This work advances our understanding of the nuclear pore complex (NPC) biogenesis pathway by providing much needed additional insight into the function of one of the few NPC assembly factors, Brl1. It thus addresses a long-standing and fundamental question relevant to individuals interested in nuclear transport, nuclear cell biology, and membrane-protein interactions more generally.

    (This preprint has been reviewed by eLife. We include the public reviews from the reviewers here; the authors also receive private feedback with suggested changes to the manuscript. Reviewer #3 agreed to share their name with the authors.)

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  3. Reviewer #1 (Public Review):

    This manuscript by Kralt et al. provides insight into the enigmatic process of nuclear pore complex (NPC) biogenesis. By taking advantage of their recent development of an isotope labeling/affinity purification/quantitative mass spectrometry pipeline called KARMA, the authors convincingly demonstrate that Brl1, a double pass transmembrane protein, associates with early NPC assembly intermediates but not mature NPCs. A combination of auxin-inducible degradation of Brl1 coupled with an extensive analysis of nup localization (including the use of RITE technology) and cryo-electron tomography provides compelling evidence of the importance of Brl1 in NPC biogenesis at a step that correlates with inner and outer nuclear membrane fusion. Overall, the strengths of the work are that the experiments are innovative, the data are of the highest quality, and the conclusions are on a solid footing. A potential weakness is that there is already convincing published data that implicates Brl1 as an NPC biogenesis factor. Although there is no doubt that the current work extends these findings to implicate a lumenal amphipathic helix as a key element of Brl1 function, there remains considerable uncertainty over the ultimate mechanism by which the amphipathic helix contributes to inner and outer nuclear membrane fusion.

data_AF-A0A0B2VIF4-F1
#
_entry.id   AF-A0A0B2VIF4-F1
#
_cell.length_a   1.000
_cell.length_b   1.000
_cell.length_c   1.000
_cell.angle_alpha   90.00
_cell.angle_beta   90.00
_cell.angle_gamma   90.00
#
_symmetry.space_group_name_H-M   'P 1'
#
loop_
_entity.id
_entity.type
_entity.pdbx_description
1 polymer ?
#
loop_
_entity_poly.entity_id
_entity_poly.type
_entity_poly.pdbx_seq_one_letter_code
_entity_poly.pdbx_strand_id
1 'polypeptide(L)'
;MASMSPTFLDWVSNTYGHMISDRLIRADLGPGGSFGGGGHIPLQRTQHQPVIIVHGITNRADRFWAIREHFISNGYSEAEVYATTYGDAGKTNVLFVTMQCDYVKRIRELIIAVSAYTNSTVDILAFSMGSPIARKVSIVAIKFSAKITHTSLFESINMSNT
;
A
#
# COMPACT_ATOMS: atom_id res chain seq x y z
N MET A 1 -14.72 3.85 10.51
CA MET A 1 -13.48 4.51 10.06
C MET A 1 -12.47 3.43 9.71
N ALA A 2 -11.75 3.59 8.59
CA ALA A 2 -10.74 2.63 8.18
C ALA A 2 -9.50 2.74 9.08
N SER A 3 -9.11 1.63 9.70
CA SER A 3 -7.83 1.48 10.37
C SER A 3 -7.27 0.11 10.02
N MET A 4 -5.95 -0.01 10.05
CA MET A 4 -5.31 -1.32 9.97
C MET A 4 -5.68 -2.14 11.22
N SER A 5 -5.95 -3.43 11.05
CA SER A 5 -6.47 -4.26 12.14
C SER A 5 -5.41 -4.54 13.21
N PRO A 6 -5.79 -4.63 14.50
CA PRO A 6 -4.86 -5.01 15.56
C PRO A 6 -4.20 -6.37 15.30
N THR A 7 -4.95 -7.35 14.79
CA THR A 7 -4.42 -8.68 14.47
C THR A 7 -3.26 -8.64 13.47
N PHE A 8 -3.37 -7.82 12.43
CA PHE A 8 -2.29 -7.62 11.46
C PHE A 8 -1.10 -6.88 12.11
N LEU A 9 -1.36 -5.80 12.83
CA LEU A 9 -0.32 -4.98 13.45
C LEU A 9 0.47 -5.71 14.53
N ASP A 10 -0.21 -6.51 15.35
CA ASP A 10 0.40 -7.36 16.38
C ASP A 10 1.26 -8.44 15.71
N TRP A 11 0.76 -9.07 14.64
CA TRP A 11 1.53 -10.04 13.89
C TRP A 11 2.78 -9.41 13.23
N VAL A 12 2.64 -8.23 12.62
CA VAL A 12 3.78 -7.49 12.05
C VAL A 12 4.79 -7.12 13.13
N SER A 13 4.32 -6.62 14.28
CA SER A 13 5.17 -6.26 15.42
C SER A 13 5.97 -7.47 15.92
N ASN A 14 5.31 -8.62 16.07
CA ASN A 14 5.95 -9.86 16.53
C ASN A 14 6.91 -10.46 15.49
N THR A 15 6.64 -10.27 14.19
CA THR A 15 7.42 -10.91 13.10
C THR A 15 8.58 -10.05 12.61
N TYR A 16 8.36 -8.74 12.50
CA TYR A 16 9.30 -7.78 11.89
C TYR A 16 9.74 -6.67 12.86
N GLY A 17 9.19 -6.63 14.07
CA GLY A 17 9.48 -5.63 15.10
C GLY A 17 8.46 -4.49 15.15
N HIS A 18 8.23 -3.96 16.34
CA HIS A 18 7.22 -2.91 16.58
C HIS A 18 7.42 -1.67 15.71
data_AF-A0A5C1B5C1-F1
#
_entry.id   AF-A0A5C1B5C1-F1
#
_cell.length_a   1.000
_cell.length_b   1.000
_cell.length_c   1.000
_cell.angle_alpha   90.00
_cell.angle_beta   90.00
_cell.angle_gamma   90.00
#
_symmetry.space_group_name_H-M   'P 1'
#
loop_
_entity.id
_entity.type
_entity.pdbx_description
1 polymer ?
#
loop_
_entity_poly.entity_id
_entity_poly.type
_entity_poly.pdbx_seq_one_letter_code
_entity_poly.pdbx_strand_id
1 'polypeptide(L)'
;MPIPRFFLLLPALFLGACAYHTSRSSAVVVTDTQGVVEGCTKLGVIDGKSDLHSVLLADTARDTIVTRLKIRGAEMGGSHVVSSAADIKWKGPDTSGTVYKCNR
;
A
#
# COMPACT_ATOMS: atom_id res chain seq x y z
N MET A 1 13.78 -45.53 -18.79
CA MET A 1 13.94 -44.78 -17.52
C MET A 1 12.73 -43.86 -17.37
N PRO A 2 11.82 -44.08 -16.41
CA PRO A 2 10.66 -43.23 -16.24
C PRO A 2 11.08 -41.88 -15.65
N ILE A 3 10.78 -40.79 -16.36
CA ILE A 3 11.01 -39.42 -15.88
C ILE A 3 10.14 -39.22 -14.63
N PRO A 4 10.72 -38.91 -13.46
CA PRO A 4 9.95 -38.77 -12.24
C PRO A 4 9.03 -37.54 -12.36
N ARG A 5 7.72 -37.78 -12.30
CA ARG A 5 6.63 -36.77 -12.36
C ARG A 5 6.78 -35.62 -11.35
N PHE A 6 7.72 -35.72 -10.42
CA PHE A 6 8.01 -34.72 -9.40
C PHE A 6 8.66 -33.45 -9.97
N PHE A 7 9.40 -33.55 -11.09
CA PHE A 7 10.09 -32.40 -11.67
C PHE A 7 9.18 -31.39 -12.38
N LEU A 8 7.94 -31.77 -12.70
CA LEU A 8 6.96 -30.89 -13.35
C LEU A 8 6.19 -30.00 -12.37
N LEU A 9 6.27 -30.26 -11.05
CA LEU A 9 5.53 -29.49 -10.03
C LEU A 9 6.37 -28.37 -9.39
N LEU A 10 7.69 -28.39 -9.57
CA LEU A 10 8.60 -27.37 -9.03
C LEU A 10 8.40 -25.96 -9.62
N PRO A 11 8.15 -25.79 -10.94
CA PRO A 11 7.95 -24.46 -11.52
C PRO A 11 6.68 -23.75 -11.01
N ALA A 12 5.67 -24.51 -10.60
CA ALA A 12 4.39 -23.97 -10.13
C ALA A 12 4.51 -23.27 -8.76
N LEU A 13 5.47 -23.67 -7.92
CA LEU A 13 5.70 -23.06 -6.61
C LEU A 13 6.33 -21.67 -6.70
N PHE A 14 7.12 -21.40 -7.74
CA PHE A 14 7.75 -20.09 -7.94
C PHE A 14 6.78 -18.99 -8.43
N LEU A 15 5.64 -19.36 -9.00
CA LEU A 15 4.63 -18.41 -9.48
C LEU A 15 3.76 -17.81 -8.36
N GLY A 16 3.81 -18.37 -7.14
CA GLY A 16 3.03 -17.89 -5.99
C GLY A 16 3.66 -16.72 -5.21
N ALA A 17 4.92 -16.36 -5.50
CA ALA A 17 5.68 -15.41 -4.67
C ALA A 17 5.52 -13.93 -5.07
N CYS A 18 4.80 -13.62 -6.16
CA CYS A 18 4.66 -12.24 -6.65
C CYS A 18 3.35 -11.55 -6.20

Was this evaluation helpful?
  4. Reviewer #2 (Public Review):

    In this study, Kralt et al. investigate the mechanisms of nuclear pore complex (NPC) biogenesis in budding yeast, which only relies on interphase NPC assembly. By combining metabolic labeling and microscopy, they show that Brl1, a nuclear envelope (NE) transmembrane protein previously reported to partake in NPC biogenesis, associates with early NPC assembly intermediates. They further report that Brl1 depletion triggers NPC biogenesis defects, as revealed by (i) the characterization of NPC species lacking a subset of nucleoporins in fluorescence microscopy and metabolic labeling assays, and (ii) the detection of NE abnormalities (i.e. herniations) by cryo-electron tomography. In search of the underlying mechanisms, they identify an essential Brl1 motif predicted to fold as an amphipathic helix (AH), which exhibits liposome-binding activity in vitro and supports NE targeting in vivo. Finally, they demonstrate that overexpression of an AH-deficient Brl1 version blocks NPC assembly at a stage likely preceding the fusion of the inner and outer nuclear membranes. Based on these observations, they suggest that Brl1 AH is required for the membrane fusion step in de novo pore biogenesis.